Daniel Lanois Acadie (1989)—5
2008 “Goldtop Edition”: same as 1989, plus 6 extra tracks

Wednesday, March 4, 2009

Freedy Johnston: This Perfect World

He barely had a hit single, and chances are he’ll never gain any more popularity than what he has now. But Freedy Johnston can be proud of more than a handful of recordings in his sparse catalog, and This Perfect World in particular.

His style is very much in the vein of a singer-songwriter, but more adult alternative than folk; a male version of Suzanne Vega, if you will. His songs are a little oblique, with a lot bubbling under the surface that doesn’t emerge until repeated listenings. The majority of his songs have a strong undercurrent of sadness, even the sprightly ones; in fact, sometimes it’s hard to put one’s finger on exactly why they’re sad, which only adds to the ache.

The characters in his songs know more than they tell. One boasts of his “Bad Reputation”, while another is a “Disappointed Man”. Something ungodly is the cause of “Evie’s Tears”, and may or may not return to the scene of “Evie’s Garden” eight tracks later. The narrator of the title track has obviously been carrying lots of baggage for many years, and while he states his case for letting some of it go, it’s clear that for whatever reason, he’s cursed to carry it alone.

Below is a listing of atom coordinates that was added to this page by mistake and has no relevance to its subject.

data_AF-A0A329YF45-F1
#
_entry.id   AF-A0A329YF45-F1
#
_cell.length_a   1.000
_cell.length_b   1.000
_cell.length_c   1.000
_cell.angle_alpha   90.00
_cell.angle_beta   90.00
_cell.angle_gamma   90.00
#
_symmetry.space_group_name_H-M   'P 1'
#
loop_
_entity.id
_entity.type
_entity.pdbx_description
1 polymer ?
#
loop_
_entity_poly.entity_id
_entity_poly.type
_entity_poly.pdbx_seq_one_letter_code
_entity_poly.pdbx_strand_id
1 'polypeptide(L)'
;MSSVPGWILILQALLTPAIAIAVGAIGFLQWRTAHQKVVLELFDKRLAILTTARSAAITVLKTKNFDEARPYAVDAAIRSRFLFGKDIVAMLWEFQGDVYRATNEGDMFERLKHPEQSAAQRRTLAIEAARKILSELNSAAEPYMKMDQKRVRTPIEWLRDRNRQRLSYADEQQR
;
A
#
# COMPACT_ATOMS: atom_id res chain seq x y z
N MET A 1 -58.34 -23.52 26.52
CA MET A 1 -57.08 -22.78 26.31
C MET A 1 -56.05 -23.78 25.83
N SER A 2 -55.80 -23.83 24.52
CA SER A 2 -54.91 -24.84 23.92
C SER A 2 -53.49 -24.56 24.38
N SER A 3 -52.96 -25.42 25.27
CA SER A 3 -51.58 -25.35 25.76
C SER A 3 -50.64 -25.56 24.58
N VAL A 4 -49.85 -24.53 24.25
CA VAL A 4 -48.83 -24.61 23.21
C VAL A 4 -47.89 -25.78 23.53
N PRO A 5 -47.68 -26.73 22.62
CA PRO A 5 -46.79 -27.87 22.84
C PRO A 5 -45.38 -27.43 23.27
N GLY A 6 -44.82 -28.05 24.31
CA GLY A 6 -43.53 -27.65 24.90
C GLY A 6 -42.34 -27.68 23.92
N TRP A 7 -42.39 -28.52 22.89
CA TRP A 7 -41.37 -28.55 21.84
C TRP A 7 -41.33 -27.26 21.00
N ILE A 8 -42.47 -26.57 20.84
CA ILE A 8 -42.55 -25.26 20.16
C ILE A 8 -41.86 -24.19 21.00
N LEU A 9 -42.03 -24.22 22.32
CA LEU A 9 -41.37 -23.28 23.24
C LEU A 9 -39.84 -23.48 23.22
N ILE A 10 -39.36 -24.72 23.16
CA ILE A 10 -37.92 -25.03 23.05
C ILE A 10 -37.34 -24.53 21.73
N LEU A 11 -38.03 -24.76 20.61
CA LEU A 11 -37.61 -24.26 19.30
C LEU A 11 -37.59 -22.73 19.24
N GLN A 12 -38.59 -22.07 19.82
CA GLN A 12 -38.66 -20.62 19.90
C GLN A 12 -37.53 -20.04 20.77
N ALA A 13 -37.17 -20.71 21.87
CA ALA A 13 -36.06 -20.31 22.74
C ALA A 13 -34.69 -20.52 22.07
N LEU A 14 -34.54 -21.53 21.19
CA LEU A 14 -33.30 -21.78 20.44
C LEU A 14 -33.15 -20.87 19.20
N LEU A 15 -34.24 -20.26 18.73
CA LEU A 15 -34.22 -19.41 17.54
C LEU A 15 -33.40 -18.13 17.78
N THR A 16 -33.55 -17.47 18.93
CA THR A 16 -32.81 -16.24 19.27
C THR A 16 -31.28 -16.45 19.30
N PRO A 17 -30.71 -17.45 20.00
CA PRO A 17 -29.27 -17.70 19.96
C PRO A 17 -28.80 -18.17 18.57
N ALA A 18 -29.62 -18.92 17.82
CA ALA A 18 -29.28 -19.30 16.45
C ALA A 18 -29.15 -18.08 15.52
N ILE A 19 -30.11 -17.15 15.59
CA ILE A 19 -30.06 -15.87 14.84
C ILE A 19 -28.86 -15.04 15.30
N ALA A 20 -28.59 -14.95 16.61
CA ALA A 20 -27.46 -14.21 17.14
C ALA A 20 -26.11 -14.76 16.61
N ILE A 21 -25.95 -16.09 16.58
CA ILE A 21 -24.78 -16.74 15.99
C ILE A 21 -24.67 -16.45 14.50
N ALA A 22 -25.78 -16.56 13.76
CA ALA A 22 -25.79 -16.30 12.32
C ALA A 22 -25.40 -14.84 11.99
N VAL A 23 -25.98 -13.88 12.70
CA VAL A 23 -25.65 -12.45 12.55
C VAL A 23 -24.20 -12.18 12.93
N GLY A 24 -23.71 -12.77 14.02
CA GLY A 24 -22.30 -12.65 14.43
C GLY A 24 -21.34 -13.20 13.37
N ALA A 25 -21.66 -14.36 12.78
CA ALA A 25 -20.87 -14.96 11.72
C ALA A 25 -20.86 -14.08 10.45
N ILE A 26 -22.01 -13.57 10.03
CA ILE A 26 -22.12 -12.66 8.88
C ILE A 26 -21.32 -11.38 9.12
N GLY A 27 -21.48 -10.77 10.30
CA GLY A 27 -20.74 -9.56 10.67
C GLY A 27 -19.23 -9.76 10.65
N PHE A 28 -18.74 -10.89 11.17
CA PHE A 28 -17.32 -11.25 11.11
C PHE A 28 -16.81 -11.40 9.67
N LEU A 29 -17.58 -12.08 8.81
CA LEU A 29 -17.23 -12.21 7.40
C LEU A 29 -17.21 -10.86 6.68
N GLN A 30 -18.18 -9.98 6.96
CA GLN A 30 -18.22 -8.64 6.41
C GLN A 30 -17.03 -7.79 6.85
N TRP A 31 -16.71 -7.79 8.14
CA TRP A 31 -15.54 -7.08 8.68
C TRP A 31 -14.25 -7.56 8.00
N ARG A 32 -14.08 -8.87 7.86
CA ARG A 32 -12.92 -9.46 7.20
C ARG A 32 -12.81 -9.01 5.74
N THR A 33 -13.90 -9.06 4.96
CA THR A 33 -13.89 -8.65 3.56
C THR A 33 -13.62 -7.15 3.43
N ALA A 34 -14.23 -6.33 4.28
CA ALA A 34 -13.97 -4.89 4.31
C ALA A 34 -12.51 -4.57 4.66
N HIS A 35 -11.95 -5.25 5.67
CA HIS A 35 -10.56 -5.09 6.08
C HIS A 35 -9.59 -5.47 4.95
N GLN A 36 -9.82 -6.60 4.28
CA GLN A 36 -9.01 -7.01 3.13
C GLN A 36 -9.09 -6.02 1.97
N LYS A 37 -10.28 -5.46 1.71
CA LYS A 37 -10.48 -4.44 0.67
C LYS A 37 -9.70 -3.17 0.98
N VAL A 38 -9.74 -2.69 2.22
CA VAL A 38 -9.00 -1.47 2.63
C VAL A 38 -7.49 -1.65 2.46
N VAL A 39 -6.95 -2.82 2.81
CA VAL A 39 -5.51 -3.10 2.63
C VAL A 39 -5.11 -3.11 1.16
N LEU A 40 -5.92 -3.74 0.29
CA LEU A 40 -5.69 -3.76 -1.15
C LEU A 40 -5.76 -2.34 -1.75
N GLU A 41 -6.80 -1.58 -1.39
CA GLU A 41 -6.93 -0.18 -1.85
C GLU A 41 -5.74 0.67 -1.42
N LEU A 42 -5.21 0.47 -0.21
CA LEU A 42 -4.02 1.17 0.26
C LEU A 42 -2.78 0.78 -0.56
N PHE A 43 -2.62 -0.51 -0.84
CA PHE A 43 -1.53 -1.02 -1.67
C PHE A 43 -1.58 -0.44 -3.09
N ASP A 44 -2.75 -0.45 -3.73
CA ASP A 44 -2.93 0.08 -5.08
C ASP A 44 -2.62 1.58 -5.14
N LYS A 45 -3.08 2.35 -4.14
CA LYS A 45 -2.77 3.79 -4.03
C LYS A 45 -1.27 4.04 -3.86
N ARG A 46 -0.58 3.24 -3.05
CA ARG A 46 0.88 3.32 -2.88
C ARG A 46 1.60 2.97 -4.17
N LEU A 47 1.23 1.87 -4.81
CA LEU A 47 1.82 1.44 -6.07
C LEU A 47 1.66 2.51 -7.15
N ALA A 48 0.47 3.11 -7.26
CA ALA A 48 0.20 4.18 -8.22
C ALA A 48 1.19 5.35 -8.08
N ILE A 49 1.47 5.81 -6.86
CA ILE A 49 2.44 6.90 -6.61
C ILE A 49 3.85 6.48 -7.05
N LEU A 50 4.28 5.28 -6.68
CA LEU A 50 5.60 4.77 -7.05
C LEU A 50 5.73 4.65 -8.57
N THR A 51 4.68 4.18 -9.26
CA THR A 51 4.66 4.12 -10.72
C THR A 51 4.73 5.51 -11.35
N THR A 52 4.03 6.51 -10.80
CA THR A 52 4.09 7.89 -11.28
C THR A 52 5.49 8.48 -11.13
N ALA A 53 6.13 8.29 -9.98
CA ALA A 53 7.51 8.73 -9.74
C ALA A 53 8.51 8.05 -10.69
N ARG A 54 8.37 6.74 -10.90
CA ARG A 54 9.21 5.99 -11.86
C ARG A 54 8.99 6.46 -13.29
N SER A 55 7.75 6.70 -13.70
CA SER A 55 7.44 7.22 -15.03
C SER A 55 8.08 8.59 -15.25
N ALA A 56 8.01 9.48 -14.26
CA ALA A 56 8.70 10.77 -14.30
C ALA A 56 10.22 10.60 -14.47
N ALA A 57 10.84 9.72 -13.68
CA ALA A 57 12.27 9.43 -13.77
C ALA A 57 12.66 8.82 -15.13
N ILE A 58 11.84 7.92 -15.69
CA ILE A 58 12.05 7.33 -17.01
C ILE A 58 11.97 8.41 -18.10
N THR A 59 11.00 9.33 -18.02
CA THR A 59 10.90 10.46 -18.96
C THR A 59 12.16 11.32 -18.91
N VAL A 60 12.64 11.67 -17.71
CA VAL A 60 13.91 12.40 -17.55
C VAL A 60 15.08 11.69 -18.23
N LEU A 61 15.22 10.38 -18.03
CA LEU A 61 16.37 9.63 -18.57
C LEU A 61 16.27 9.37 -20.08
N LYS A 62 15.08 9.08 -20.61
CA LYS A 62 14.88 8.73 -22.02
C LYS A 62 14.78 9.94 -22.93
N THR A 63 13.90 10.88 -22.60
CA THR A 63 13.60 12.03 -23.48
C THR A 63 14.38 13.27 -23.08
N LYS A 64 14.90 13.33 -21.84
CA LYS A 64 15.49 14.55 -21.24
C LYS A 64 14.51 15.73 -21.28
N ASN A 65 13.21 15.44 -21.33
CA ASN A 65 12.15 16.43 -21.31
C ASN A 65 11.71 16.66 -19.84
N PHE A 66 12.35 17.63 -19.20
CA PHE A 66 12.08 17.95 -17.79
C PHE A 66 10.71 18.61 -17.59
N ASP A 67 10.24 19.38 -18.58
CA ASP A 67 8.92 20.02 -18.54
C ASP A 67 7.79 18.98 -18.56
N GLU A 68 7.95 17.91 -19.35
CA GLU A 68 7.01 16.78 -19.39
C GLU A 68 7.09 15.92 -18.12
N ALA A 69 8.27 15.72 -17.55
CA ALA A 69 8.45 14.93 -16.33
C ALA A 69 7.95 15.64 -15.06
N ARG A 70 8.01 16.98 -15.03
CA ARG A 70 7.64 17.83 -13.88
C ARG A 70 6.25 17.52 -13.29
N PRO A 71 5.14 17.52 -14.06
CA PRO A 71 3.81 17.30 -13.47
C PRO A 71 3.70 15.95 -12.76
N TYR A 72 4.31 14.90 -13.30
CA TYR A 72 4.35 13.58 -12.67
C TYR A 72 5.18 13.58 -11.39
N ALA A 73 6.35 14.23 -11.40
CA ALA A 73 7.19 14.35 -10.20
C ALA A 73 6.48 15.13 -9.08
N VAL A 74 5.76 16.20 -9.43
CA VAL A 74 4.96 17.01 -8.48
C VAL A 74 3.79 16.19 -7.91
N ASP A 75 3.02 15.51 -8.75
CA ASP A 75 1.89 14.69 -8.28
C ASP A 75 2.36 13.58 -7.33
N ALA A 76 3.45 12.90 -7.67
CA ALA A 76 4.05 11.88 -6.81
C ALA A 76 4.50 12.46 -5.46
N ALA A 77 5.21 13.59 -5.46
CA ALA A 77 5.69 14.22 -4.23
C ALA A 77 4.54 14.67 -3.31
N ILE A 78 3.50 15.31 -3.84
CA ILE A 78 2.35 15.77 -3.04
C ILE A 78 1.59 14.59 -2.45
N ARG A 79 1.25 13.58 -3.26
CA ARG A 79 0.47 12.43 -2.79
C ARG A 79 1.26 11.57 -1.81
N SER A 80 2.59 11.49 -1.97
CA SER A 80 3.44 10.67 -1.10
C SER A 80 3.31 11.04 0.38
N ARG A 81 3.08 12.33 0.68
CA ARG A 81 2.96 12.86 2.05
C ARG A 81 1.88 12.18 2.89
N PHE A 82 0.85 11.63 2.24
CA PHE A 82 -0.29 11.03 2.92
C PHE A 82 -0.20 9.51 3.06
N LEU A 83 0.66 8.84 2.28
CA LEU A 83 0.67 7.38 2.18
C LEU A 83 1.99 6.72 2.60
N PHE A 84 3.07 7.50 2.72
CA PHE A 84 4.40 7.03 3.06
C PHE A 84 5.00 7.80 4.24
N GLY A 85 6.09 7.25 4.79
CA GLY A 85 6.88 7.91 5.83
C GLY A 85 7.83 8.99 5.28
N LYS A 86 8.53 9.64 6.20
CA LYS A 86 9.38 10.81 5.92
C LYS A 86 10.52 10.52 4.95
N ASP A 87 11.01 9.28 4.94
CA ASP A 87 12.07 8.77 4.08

But even the songs that aren’t overtly sad sound so damn jaunty. “Can’t Sink This Town”, “Gone Like The Water” and “Across The Avenue”, to name a few, feature toe-tapping hooks and easy harmonies that obscure the sinister underbelly, even after the umpteenth listen.

Freedy Johnston sings in a thin voice with a slight twang, and on This Perfect World he gets stellar support from the likes of guitarist Marc Ribot, bass player Graham Maby and producer Butch Vig on a detour from Nirvana to Garbage. The playing throughout is direct but not at all dated. It has endured as one of the best albums of the ‘90s.